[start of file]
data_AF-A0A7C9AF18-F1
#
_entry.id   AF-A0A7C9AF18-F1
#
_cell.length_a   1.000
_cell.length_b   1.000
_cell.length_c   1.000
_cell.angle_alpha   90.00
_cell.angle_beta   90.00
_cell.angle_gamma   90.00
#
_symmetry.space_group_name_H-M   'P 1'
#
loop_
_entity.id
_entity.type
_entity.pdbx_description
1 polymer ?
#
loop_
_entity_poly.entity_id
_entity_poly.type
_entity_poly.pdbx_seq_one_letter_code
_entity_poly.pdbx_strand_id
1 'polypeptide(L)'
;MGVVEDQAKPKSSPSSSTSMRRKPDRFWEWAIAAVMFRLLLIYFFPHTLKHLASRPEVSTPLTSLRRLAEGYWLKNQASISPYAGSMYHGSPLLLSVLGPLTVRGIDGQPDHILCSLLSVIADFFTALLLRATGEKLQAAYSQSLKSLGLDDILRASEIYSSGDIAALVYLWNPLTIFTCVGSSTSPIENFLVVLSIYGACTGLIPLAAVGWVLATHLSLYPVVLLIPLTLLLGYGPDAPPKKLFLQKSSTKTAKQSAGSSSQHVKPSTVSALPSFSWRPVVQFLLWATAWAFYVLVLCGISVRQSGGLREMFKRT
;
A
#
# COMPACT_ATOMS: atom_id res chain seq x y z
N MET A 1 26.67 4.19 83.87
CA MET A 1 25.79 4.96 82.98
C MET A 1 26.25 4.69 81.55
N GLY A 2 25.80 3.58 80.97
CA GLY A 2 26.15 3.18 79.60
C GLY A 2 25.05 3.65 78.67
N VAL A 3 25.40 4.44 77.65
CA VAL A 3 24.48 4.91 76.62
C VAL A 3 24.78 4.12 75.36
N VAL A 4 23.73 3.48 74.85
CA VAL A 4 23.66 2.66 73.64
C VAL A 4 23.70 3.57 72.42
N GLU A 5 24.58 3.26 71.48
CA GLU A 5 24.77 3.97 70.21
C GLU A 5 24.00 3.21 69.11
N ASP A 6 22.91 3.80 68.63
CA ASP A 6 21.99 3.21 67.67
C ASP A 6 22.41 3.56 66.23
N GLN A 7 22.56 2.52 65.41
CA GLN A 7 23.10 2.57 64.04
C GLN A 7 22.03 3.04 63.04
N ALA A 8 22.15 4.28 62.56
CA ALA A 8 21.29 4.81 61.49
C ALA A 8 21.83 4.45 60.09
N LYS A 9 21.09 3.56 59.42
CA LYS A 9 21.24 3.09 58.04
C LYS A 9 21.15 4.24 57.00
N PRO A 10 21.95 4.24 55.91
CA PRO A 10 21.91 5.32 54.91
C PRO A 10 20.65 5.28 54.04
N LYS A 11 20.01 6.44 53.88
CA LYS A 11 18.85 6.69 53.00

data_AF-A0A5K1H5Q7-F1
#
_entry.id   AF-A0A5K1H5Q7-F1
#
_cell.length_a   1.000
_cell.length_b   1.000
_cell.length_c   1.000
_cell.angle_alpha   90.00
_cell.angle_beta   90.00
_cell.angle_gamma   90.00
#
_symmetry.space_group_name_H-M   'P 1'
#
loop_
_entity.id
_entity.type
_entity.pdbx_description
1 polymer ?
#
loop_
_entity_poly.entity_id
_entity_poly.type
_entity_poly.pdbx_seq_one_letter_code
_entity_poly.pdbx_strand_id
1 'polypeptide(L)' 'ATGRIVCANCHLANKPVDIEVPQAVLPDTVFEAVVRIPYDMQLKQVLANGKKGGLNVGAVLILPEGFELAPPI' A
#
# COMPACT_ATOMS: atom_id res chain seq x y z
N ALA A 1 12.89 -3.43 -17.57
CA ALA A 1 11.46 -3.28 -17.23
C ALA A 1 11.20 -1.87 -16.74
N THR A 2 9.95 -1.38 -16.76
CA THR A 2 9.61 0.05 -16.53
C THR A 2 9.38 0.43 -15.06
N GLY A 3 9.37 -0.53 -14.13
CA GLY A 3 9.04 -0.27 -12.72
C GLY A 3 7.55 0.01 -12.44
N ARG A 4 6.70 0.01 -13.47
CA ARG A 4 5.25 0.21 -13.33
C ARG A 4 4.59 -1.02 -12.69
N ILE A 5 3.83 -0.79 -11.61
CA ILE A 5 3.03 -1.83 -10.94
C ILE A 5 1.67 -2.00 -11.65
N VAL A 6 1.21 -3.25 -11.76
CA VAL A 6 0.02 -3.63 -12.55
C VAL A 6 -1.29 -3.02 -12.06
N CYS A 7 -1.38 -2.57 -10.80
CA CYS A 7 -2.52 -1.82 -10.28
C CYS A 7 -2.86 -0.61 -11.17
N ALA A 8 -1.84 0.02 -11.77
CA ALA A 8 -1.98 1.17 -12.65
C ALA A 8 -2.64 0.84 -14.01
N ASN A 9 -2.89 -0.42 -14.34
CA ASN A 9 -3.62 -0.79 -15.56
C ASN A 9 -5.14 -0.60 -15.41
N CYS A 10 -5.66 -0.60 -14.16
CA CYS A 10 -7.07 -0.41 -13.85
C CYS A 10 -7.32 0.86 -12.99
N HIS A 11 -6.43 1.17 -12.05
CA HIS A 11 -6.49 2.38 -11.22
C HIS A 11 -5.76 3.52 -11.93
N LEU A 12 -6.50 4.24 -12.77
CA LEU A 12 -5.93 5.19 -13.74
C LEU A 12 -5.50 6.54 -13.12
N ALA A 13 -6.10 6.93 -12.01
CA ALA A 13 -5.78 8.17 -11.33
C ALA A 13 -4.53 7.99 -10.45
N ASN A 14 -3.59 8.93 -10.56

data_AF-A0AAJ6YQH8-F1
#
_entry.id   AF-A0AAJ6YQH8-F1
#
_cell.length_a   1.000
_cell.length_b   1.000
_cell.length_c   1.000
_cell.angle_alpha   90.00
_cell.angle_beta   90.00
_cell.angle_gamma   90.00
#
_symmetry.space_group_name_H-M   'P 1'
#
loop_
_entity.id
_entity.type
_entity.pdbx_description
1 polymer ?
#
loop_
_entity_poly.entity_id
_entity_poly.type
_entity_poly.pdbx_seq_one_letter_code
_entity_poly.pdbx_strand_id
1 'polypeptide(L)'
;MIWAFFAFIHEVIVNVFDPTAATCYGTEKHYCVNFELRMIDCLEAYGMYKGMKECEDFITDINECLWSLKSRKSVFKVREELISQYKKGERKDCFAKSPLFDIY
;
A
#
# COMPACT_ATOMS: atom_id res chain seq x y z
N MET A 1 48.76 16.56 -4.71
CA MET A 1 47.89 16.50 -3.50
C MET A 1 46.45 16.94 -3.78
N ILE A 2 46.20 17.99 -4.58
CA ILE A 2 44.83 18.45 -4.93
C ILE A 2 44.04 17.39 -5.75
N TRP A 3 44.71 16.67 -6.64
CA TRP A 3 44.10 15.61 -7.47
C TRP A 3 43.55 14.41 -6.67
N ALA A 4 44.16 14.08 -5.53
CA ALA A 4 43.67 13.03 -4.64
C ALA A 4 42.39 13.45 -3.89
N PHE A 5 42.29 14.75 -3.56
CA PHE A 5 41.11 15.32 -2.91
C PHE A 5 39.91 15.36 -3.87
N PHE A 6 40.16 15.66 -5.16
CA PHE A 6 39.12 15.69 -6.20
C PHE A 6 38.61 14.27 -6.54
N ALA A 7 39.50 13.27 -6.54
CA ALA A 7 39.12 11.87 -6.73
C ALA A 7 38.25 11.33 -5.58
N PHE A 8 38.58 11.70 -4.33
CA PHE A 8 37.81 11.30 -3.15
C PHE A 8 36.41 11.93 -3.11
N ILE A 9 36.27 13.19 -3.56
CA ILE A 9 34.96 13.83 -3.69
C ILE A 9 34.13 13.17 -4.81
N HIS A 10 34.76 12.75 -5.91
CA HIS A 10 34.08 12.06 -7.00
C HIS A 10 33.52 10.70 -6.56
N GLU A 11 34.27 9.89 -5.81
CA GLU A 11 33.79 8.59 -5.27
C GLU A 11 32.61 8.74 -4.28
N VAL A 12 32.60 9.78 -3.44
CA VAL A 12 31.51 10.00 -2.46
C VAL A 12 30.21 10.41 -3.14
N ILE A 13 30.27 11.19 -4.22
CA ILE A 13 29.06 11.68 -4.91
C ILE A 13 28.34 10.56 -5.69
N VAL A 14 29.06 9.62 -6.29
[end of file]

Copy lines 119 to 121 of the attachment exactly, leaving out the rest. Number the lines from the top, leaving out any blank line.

C CYS A 10 -7.32 0.86 -12.99
N HIS A 11 -6.43 1.17 -12.05
CA HIS A 11 -6.49 2.38 -11.22